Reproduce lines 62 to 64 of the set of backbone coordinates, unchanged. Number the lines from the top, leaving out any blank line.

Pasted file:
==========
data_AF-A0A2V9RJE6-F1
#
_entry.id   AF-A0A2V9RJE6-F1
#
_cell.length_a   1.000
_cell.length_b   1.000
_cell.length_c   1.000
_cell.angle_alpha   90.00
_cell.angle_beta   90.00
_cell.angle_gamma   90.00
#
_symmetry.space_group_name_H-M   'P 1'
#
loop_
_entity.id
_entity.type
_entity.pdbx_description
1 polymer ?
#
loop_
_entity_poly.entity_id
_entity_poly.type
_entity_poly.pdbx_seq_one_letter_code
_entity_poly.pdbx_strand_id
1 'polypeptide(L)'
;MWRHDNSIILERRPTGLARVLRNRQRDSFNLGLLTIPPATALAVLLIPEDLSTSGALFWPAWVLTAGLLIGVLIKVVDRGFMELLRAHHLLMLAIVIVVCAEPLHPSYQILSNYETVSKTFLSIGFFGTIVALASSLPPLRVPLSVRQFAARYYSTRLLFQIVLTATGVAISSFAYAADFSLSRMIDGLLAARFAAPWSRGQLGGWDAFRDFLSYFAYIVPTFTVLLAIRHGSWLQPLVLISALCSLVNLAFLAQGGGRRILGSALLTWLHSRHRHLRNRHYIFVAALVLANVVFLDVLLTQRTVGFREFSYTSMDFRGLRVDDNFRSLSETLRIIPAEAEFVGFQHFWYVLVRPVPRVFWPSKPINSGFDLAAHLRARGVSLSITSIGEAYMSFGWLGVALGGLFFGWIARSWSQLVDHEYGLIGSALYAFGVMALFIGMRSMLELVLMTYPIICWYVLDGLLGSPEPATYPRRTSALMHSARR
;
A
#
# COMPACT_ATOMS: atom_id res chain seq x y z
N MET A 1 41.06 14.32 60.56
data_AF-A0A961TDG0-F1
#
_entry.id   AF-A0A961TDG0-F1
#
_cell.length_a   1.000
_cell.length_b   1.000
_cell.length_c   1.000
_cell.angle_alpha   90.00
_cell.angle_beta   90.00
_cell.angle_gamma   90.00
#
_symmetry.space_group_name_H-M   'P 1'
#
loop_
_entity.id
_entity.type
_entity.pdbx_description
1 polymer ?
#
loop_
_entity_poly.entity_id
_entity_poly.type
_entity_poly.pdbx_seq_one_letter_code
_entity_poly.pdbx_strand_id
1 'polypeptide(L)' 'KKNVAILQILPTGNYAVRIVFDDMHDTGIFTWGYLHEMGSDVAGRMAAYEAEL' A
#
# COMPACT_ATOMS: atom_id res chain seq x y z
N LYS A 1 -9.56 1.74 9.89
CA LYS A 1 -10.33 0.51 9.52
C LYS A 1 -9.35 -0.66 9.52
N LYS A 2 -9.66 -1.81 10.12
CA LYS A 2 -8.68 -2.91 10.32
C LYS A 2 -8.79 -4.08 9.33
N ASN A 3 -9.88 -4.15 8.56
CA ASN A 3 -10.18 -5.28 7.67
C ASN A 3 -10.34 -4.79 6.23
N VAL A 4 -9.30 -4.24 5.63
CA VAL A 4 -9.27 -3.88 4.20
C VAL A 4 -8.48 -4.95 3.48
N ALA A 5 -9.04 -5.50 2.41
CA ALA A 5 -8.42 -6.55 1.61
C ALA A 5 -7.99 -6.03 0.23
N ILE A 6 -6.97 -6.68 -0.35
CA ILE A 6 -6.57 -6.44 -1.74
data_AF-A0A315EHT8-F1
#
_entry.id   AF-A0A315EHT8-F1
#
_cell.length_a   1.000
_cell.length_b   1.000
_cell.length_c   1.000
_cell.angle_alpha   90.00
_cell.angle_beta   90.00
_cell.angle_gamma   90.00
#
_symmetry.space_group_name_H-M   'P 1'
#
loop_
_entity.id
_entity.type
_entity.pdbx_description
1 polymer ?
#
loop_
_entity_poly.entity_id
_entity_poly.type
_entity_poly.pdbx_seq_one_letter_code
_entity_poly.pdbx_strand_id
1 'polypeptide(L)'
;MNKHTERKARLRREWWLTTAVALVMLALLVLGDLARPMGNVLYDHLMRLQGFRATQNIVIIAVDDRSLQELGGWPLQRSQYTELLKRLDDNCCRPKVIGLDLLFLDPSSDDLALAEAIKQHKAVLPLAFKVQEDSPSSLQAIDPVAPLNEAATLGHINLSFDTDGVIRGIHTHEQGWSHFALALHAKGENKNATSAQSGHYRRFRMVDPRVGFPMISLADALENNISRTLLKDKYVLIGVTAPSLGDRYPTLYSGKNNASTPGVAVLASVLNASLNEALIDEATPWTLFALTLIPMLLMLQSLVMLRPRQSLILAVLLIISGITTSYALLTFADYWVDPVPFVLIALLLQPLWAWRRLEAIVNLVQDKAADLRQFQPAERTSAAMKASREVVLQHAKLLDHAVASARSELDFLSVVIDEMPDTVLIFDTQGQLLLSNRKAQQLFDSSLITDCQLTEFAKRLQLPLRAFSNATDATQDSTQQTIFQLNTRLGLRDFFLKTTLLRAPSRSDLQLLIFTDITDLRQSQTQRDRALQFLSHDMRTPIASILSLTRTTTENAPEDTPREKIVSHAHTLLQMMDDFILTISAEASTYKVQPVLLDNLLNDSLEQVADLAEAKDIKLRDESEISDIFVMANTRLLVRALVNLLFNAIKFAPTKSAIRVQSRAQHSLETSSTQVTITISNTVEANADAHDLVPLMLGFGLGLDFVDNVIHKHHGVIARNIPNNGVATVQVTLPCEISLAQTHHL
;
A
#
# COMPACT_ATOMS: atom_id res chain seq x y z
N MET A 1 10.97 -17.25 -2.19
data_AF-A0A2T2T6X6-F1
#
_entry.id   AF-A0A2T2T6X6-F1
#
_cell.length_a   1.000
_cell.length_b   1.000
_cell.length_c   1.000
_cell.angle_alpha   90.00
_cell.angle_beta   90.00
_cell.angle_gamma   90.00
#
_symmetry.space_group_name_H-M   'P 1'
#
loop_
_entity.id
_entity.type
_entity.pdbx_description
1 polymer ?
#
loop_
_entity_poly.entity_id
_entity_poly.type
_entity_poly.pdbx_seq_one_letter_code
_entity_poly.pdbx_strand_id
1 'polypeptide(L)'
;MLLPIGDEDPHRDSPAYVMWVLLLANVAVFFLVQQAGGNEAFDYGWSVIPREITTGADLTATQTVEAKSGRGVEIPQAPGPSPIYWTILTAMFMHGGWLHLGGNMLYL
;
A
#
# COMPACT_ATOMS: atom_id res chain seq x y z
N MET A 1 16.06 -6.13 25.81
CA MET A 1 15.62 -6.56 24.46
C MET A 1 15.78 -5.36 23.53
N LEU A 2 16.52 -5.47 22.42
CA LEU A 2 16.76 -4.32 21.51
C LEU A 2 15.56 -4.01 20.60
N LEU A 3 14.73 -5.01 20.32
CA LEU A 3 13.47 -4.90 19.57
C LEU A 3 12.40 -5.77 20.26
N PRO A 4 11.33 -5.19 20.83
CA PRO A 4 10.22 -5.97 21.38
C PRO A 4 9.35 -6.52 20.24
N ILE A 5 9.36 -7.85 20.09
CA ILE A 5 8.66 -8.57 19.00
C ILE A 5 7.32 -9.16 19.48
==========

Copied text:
N LYS A 2 -9.66 -1.81 10.12
CA LYS A 2 -8.68 -2.91 10.32
C LYS A 2 -8.79 -4.08 9.33